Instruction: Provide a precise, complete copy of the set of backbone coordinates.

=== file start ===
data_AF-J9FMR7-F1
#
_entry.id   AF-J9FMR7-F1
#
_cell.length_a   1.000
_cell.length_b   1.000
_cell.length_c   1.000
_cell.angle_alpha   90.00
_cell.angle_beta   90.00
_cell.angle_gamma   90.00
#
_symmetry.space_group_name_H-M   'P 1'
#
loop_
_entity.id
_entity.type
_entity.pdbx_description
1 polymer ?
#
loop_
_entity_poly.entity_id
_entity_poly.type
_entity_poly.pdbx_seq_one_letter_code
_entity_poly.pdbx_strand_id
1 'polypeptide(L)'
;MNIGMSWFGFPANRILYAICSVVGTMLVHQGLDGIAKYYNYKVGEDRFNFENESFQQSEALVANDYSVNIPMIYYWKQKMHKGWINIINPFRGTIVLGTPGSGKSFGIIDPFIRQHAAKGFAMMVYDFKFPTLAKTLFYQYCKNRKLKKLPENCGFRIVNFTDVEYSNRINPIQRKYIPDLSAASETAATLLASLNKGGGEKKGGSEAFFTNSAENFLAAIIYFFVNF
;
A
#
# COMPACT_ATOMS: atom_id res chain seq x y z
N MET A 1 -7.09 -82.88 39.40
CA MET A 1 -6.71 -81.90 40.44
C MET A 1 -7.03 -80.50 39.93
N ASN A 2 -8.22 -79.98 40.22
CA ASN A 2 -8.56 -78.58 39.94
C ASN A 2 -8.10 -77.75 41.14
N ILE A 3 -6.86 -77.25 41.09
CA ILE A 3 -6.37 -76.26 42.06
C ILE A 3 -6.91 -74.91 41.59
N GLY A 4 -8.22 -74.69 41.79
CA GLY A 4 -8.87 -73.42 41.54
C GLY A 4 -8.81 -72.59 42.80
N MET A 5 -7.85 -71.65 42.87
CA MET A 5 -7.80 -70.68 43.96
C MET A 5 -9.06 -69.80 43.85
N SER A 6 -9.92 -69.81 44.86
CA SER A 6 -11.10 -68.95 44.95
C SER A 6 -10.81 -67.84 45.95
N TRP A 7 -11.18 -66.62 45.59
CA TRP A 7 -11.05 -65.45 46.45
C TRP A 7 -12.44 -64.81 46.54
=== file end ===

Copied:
data_AF-J9FMR7-F1
#
_entry.id   AF-J9FMR7-F1
#
_cell.length_a   1.000
_cell.length_b   1.000
_cell.length_c   1.000
_cell.angle_alpha   90.00
_cell.angle_beta   90.00
_cell.angle_gamma   90.00
#
_symmetry.space_group_name_H-M   'P 1'
#
loop_
_entity.id
_entity.type
_entity.pdbx_description
1 polymer ?
#
loop_
_entity_poly.entity_id
_entity_poly.type
_entity_poly.pdbx_seq_one_letter_code
_entity_poly.pdbx_strand_id
1 'polypeptide(L)'
;MNIGMSWFGFPANRILYAICSVVGTMLVHQGLDGIAKYYNYKVGEDRFNFENESFQQSEALVANDYSVNIPMIYYWKQKMHKGWINIINPFRGTIVLGTPGSGKSFGIIDPFIRQHAAKGFAMMVYDFKFPTLAKTLFYQYCKNRKLKKLPENCGFRIVNFTDVEYSNRINPIQRKYIPDLSAASETAATLLASLNKGGGEKKGGSEAFFTNSAENFLAAIIYFFVNF
;
A
#
# COMPACT_ATOMS: atom_id res chain seq x y z
N MET A 1 -7.09 -82.88 39.40
CA MET A 1 -6.71 -81.90 40.44
C MET A 1 -7.03 -80.50 39.93
N ASN A 2 -8.22 -79.98 40.22
CA ASN A 2 -8.56 -78.58 39.94
C ASN A 2 -8.10 -77.75 41.14
N ILE A 3 -6.86 -77.25 41.09
CA ILE A 3 -6.37 -76.26 42.06
C ILE A 3 -6.91 -74.91 41.59
N GLY A 4 -8.22 -74.69 41.79
CA GLY A 4 -8.87 -73.42 41.54
C GLY A 4 -8.81 -72.59 42.80
N MET A 5 -7.85 -71.65 42.87
CA MET A 5 -7.80 -70.68 43.96
C MET A 5 -9.06 -69.80 43.85
N SER A 6 -9.92 -69.81 44.86
CA SER A 6 -11.10 -68.95 44.95
C SER A 6 -10.81 -67.84 45.95
N TRP A 7 -11.18 -66.62 45.59
CA TRP A 7 -11.05 -65.45 46.45
C TRP A 7 -12.44 -64.81 46.54